On April 30, 2020, the IRS released Notice 2020-32 to explain that taxpayers receiving a loan through the Paycheck Protection Program (PPP) are not permitted to deduct business expenses normally deductible, to the extent the expenses are reimbursed by a PPP loan that is forgiven. The guidance follows weeks of debate within the tax community regarding whether the loan proceeds that are used to fund payroll costs, rent, utilities and mortgage interest could still be deducted, because under the CARES Act the loans are forgivable on a tax-free basis. The Act does not say that these “covered” expenses cannot be deducted, but under traditional tax principles taxpayers generally are not permitted to claim deductions for expenses allocable to tax-exempt income. The IRS felt the need to respond, but we suspect that Notice 2020-32 may not be the final word.
The Paycheck Protection Program and Loan Forgiveness
To briefly recap the context to Notice 2020-32, the CARES Act enacted the Paycheck Protection Program allowing businesses with fewer than 500 employees to obtain loans from the Small Business Administration (SBA) for 2 ½ times their average monthly payroll during 2019 (or the prior 12 months), up to $10 million, at 1% interest with a two-year maturity.
We still await further guidance from the SBA addressing how loan forgiveness is calculated. Under the CARES Act, in general PPP loan amounts will be forgiven if they are used to cover payroll costs, rent, utilities and/or mortgage interest during the 8-week period following the loan disbursement. The amount of loan forgiveness will be reduced if, during the 8-week period, there is a decrease in full-time employee headcount, or a decrease in salaries and wages by more than 25% for any employee that made less than $100,000 annualized in 2019. A business has until June 30, 2020 to restore employment and salary levels that were reduced between February 15, 2020 and April 26, 2020. The SBA subsequently ruled that no more than 25% of the loan forgiveness amount can be attributable to non-payroll costs.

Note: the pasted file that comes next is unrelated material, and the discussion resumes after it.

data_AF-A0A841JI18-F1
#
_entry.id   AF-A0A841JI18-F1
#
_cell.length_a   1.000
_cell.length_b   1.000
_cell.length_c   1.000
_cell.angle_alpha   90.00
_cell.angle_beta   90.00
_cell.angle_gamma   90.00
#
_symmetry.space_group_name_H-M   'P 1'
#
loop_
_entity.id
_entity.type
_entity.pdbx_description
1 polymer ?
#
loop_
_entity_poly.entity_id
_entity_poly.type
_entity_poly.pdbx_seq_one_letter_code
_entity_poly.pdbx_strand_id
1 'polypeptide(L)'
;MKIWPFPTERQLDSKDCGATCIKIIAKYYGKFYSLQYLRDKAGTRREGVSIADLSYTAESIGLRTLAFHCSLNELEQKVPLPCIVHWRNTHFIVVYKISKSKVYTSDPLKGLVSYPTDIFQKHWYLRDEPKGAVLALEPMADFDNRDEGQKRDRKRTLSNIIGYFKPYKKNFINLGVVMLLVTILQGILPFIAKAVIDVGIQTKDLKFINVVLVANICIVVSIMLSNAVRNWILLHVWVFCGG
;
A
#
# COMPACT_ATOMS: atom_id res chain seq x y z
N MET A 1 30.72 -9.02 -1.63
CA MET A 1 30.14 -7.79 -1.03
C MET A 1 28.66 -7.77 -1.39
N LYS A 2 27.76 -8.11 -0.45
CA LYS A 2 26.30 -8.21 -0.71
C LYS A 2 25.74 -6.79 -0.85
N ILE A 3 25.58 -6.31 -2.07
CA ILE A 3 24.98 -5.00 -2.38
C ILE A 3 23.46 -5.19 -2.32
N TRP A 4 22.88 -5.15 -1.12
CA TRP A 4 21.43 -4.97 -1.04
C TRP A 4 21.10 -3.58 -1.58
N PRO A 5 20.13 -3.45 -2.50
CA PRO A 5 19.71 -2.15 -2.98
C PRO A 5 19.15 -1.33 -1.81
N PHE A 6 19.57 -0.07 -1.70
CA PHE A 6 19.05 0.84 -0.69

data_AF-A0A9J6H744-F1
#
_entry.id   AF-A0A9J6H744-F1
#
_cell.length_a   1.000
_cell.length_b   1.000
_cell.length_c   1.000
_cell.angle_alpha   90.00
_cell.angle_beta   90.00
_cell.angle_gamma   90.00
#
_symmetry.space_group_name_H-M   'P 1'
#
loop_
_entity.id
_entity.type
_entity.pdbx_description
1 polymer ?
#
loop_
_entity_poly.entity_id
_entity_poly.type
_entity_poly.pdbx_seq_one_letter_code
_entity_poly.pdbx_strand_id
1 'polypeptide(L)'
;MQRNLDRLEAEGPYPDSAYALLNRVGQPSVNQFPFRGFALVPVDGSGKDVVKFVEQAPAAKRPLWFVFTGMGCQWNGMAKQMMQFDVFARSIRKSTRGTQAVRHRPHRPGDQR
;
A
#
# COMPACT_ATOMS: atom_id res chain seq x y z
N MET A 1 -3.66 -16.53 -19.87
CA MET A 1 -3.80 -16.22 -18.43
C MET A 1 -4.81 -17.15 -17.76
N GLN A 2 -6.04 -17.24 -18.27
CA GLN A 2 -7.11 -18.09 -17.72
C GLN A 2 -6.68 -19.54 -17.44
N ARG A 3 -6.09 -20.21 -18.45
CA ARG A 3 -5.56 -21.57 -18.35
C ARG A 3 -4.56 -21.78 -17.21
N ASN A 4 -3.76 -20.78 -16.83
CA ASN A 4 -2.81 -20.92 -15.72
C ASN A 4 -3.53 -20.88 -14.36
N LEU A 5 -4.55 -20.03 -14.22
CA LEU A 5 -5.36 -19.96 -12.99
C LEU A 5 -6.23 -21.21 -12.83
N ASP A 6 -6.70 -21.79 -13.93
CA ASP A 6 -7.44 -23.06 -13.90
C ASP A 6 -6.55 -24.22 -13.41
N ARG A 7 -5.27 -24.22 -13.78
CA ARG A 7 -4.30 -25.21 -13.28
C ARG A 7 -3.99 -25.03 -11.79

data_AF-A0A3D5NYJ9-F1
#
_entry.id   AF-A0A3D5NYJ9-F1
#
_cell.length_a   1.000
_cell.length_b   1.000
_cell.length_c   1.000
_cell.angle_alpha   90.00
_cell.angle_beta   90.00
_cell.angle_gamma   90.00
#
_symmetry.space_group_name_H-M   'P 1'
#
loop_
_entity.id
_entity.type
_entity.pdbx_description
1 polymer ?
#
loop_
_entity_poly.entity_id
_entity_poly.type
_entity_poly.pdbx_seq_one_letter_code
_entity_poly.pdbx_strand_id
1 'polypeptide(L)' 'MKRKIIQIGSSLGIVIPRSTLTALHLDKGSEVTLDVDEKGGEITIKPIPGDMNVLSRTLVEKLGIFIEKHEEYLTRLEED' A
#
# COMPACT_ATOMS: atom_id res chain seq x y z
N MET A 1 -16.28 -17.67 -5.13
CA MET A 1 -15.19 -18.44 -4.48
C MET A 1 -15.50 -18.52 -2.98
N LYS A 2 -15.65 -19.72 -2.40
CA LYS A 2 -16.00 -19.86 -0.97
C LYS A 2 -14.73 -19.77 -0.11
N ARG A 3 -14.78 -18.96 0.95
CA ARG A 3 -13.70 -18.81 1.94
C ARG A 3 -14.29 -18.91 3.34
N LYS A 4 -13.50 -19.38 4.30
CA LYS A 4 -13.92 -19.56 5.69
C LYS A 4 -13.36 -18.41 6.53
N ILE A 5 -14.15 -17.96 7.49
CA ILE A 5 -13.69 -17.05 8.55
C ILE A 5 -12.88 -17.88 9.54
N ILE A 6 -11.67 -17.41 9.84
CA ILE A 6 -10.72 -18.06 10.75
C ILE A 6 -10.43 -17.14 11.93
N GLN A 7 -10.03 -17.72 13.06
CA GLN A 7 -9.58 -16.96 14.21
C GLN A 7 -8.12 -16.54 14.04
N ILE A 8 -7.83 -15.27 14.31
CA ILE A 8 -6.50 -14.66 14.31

Taxation of Loan Forgiveness and Section 265
When a loan is forgiven, ordinarily this results in taxable income (cancellation of debt, or “COD” income) to the taxpayer. There are exceptions to this general rule in cases of insolvency or bankruptcy, but normally cancellation of debt is taxable income. However, the CARES Act explicitly provides that forgiveness of PPP loans does not trigger taxable income, as Section 1106(i) of the Act states that income deemed to arise from the debt forgiveness is excluded from gross income.
While the proceeds of PPP loans may be used to pay amounts that would normally be deducible as ordinary and necessary business expenses, case law has long denied a deduction for an expense when the taxpayer has a right to reimbursement of the expense. Further, Section 265(a)(1) of the Internal Revenue Code denies a deduction for otherwise allowable trade or business expenses that are allocable to tax-exempt income. Revenue Ruling 83-3 explains that the purpose of Section 265 “is to prevent a double tax benefit” by denying deductibility where expenses are “incurred for earning or otherwise producing tax-exempt income … [or] where tax-exempt income is earmarked for a specific purpose and deductions are incurred in carrying out that purpose.”
Notice 2020-32 states that neither Section 1106(i) of the CARES Act nor any other provision of the Act addresses whether deductions otherwise allowable under the Code for payments of eligible Section 1106 expenses by a recipient of a PPP loan are allowed if the loan is subsequently forgiven under Section 1106(b) of the CARES Act as a result of the payment of those expenses. After reviewing Section 265 and applicable case law, the IRS concludes in the notice that to the extent a PPP loan is forgiven, any otherwise deductible expense which was paid with proceeds from the forgiven PPP loan will not be deductible. The notice states that this treatment, in preventing a double tax benefit, is consistent with the purpose of Section 265.